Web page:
the preceding vowel; ~ = tilde over preceding n)

MACUSHI (Abbott 1991: 44; this is not gapping, but related to it)

inna, i-te p^in uur^i
yes ADVBLZR-tooth NEG 1:PRO
t^i^ise ^itt^i ta-won uur^i am^ir^i kien po
but house in-NOMLZR 1:PRO 2:PRO savannah in
'Yes, I don't have teeth, but I live in a house, (whereas) you (live)
in the savannah'
(^ goes over following vowel)

PITJANTJATJARA (Bowe 1990; this is not gapping, but related)

Mary-lu puNu mantji-nu ka Betty kulukulu (N = eng/angma)
Mary-ERG wood get-PAST and Betty-ERG also
'Mary got some wood, and Betty too'

PUNJABI (Bhatia 1993)

maNi k'a'aNnii p'aR r'iaa aaN te tus axbaar
I story read ing-ms am and you-h newspaper
'I (masc) am reading a story and you (masc) a newspaper'
(N = nasalization of preceding vowel, ' = stress mark over following
vowel,  = i with umlaut marks (dieiresis))

HINDI (H.S. Gopal, p.c.)

mein machchali aur John chaaval kharidhey
I fish and John rice buy-PL
'I (bought) fish and John bought (lit: we-bought) rice'

ANCIENT GREEK (Buijs, p.c.; see also Sicking under the references)

enteuthen didoasin hoi Makroones barbariken longchen tois Hellesin
thereupon give the Macronians barbarian lance the Greeks
 (hist pres) (nom) (acc) (dat)
hoi de Hellenes ekeinois Helleniken
the part. Greeks them Greek
 (nom) (dat) (acc)
'Thereupon the Macronians gave the Greeks a barbarian lance; the
Greeks (gave) them a Gree (lance)'
(Xenophon: Anabasis, 4.87; cf. also Pindar: Nemean III, 68-70)

MODERN GREEK (Aimee Anastasiu, p.c.)

O Nikos efere tin turta ki ego to krasi
'Nick brought the cake and I the wine'

RUSSIAN (Alexey Martinson, p.c.)

Petr kupil kartoshku, a ya ris
Peter bought potatoes and I rice

Petr uzhe obedal, a ye esche net
'Peter have had lunch and I not yet'

LATIN (Scanlan 1980: 229, 232; but see also--and particularly--Elerick

Gallos ab Aquitanis Garumna flumen, a Belgis Matrona et Sequana
'The river Garonne separates the Gauls from the Aquitani, the Marne
and the Seine (separate them) from the Belgians' (Caes., B.G. I, 1, 2)

Iam intelleges multo me vigilare acrius ad salutatem, queam te ad
perniciem rei publicae
'You (Cataline) will already understand that I (Cicero) look much more
carefully after the interest of the state than you do after its
destruction' (Cic., Cat. I, 8)

ROMANIAN (Aimee Anastasiu p.c.)

Niku a adus tortur si eu vinul
'Nick brought the cake and I the wine'

SPANISH-MEXICO (Graciela and Pool-Westgaard p.c.)

Pedro llevar'a los frijoles y yo el arroz
Pedro llevar'a los frijoles y yo llevar'e el arroz
*Pedro llevar'a los frijoles y llevar'e el arroz
Pedro (s)he will bring the beans and I I will bring the rice
(accent mark goes over following vowel; not all speakers of all
dialects of Spanish are equally happy with gapping constructions)

FRENCH (Reboul and Robichaud p.c.)

Pierre a amene (or: apporta) les haricots (or: feves) et moi le riz
'Pierre brought the beans and I the rice'

GERMAN (Eisenberg 1973: 417)

weil Hans Bier trinkt und Franz Milch trinkt
'because Hans drinks beer and Franz drinks milk'
weil Hans Bier und Franz Milch trinkt
weil Hans Bier trinkt und Franz Milch
weil ich Bier trinke und du Milch trinkst
*weil ich Bier und du Milch trinkst
weil ich Bier trinke und du Milch


Peter naam de beannen mei en ik de rys
Peter brought the beans along and I the rice

DUTCH (Buijs and ten Hacken p.c.)

Peter brach de bonen mee en ik de rijst
Peter brought the beans and I the rice
'Peter brought the beasn and I the rice'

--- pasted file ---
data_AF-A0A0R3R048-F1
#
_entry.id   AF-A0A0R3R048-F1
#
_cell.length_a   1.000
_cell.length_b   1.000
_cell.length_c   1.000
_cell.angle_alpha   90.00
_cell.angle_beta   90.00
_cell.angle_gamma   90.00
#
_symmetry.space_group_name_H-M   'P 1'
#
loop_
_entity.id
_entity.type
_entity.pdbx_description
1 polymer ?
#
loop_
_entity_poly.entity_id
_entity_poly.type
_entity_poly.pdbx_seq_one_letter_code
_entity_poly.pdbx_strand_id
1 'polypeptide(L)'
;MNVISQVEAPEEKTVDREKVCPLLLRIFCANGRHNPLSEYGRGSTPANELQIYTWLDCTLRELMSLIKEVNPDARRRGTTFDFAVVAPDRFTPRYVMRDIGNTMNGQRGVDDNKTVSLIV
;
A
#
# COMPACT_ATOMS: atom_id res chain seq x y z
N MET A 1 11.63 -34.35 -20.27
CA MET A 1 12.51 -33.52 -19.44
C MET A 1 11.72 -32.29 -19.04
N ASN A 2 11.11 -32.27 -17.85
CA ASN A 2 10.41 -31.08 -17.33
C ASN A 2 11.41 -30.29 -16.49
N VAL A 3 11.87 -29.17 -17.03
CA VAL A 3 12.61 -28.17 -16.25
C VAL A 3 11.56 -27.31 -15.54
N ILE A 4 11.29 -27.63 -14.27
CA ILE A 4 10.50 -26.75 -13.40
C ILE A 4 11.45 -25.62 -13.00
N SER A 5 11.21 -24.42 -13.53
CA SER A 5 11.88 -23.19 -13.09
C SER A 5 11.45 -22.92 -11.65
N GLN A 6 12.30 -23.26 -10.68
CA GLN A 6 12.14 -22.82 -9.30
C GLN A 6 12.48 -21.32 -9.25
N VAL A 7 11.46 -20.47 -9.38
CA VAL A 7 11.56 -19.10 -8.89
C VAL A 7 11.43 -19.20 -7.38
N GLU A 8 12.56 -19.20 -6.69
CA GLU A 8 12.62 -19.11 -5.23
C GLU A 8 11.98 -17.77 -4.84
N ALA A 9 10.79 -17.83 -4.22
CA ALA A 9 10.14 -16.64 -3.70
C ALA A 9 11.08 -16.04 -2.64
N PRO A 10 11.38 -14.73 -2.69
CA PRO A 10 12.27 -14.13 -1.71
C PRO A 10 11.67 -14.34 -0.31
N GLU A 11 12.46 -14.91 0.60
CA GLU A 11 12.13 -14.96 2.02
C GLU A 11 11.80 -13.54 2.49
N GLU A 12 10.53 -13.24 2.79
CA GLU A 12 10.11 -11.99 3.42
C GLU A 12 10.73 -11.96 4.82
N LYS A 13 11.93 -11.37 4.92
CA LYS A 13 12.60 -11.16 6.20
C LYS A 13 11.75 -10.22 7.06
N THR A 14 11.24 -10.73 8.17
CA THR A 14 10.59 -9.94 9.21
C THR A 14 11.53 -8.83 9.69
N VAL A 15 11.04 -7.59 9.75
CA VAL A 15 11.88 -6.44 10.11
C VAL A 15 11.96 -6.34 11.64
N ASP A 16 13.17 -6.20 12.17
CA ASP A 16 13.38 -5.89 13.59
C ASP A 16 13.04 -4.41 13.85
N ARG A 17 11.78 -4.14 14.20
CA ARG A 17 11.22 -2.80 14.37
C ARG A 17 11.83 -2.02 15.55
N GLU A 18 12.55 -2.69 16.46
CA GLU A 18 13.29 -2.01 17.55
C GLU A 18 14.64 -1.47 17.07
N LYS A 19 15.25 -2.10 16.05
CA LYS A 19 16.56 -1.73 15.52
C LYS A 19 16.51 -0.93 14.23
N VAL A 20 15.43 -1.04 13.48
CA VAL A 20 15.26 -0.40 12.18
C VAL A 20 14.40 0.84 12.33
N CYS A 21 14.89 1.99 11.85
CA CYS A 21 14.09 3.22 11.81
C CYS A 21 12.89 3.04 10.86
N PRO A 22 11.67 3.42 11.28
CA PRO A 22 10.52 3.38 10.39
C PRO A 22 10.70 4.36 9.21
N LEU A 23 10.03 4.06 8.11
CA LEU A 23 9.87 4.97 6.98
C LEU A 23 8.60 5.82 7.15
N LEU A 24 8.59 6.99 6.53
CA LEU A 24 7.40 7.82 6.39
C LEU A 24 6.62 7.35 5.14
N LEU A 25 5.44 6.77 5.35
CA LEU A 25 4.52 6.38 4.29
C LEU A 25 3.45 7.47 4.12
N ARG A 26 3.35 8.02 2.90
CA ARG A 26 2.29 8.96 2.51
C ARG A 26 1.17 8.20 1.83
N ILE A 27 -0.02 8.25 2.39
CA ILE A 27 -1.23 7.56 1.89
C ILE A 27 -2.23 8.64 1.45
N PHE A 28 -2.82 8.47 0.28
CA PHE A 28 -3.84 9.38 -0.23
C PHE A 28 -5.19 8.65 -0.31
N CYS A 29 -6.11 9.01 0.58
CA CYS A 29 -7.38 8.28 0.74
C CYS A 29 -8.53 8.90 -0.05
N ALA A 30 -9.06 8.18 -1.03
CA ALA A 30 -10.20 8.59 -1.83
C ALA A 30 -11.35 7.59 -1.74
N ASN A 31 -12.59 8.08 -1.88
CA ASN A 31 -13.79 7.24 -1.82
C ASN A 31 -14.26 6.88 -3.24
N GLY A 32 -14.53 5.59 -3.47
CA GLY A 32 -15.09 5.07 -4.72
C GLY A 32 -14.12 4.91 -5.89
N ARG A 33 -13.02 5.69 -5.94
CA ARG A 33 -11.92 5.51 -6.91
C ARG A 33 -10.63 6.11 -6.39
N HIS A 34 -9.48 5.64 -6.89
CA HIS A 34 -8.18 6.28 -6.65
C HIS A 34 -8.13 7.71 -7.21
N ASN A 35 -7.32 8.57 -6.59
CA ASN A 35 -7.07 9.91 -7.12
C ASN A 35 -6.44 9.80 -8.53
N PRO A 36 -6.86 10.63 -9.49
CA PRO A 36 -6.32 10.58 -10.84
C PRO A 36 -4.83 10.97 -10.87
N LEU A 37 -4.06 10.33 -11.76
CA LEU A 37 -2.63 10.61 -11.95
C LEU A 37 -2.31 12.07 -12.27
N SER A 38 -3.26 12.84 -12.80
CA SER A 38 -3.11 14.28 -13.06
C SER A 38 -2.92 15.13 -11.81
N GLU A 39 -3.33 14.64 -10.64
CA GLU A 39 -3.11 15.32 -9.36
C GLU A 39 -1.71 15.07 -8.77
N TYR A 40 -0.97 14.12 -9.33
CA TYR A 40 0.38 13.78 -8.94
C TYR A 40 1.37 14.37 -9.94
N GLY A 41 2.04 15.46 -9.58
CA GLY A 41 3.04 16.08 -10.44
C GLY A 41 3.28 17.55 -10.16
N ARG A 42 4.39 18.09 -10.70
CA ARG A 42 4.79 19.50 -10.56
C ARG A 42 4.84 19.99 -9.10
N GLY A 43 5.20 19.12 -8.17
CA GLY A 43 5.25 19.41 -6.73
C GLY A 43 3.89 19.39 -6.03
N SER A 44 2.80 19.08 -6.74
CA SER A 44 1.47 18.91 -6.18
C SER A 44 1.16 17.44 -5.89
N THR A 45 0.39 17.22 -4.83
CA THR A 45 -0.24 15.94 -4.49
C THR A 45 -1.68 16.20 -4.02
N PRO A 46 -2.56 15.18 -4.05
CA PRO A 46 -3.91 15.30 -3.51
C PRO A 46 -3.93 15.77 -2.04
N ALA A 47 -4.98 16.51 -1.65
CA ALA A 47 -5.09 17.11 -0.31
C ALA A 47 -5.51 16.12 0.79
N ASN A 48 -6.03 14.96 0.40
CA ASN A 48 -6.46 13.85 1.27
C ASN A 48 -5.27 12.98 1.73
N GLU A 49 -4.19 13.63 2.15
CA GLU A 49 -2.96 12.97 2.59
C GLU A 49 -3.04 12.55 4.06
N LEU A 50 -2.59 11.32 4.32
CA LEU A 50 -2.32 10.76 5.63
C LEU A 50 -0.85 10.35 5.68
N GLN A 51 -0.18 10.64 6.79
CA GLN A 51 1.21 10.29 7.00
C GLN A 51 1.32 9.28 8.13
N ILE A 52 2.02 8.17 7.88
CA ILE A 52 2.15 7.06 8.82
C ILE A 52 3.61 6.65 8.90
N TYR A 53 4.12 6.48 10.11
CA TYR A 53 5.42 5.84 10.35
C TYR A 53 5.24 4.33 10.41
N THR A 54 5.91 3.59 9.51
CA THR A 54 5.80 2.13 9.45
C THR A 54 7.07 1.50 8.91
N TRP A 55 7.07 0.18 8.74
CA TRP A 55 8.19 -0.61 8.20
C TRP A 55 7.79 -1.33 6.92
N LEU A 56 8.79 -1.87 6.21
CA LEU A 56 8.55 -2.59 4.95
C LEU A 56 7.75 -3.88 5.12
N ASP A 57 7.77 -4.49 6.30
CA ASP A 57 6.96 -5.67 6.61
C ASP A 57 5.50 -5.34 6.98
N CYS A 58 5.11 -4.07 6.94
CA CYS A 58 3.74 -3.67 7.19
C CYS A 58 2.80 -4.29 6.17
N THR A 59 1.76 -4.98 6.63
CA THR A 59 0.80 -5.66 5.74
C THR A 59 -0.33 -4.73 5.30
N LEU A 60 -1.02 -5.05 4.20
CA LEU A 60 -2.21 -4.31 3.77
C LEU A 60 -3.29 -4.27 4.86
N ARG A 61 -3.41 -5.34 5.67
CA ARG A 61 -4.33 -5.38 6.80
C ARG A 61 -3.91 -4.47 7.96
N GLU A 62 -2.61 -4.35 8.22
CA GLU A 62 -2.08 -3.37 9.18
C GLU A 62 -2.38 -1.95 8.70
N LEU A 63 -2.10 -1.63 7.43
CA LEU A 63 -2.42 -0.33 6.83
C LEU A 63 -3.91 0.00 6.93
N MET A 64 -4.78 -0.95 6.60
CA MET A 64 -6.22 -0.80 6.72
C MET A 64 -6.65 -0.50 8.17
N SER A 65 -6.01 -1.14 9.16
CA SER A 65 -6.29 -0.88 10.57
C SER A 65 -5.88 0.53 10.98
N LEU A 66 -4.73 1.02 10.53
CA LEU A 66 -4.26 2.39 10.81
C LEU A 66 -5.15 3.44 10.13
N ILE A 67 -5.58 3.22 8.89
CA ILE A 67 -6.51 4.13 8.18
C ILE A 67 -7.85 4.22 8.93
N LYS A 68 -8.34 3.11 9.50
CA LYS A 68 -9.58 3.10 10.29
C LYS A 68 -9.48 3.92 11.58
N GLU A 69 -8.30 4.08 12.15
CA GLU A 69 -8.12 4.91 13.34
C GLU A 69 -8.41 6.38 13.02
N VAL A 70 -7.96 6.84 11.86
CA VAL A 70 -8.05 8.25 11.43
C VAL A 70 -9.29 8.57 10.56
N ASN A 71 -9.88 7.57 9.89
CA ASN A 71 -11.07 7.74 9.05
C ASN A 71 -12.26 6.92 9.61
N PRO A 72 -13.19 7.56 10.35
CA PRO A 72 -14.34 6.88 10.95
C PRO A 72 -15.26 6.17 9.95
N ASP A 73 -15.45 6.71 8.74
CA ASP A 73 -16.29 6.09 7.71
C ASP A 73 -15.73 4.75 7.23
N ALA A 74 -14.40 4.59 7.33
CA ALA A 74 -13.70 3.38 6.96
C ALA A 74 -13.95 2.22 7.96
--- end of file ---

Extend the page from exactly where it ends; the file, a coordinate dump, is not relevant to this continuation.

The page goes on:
(the verb is _meebrengen_)

ENGLISH (Chatwin 1990)

Back at the boat station, another Winter Palace in miniature, the
guardian had caught a small, sad-faced sturgeon, and our deckhands
were tremendously excited at the prospect of fish stew. One carried a
cauldron, another a knife. . . .

Some speakers of English react against gapped sentences when they
occur in isolation. But as V. Ross (p.c.) informed me, they sound
better--even in isolation--when there is more than one gapped verb, as

I brought the beans, Sue the onions, and John the rice.


Abbott, Miriam. 1991. Macushi. In: Derbyshire, Desmond C. and Geoffrey
 K. Pullum (eds.), Handbook of Amazonian languages, vol. 3. Berlin/New
 York: Mouton.
Bhatia, Tej k. 1993. Punjabi. A cognitive-descriptive grammar.
Bowe, Heather J. 1990. Categories, constituents and constituent order
 in Pitjantjatjara. An aboriginal language of Australia. London and
 New York: Routledge.
Chatwin, Bruce. 1990. What am I doing here. Picador (paperback).
Eisenberg, Peter. 1973 A note on "identity of constituents". Linguistic
 Inquiry 4.3: 417-200.
Elerick, Charles. 1989. Gapping, preemptive markedness, and word order in
 Latin. In: Calboli, Gualtiero (ed.), Subordination and other topics in
 Latin. Procedings of the Third Colloquium on Latin Linguistics, Bologna,
 1-5 April 1985. Amsterdam/Philadephia: John Benjamins, 559-571
Fortescue, Michael. 1984. West Greenlandic. London: Croom Helm.
Furbee, K. Louanna. 1974. Identity in gapping and the lexical insertion
 of verb.
King, Alan R. 1994. The Basque language: A practical introduction. Reno:
 University of Nevada Press.
Pulte, William. 1973. A note on gapping. Linguistic Inquiry 4.1: 100.
Ross, John Robert. Gapping and the order of constituents. In: Bierwisch,
 Manfred and K. Heidolph (eds.), Progress in Linguistics. The Hague:
Seligson, G. M. 1983. Latin at Michigan 1951-1981. In: Harm Pinkster
 (ed.), Latin linguistics and linguistic theory. Amsterdam/Philadelphia:
 John Benjamins.
Sulkala, Helena and Merja Karjalainen. 1992. Finnish. London and New
 York: Routledge.
Payne, Doris L. and Thomas E. Payne. 1990. Yagua. In: Desmond C.
 Derbyshire and Geoffrey Pullum (eds.), Handbook of Amazonian languages,
 vol. 2. Berlin/New York: Mouton.


ten Hacken, Pius. 1994. Definig morphology: A principled approach to
determining the boundaries of compounding, derivation, and inflection.
Hildesheim: Olms. (ISBN 3-487-09891-1)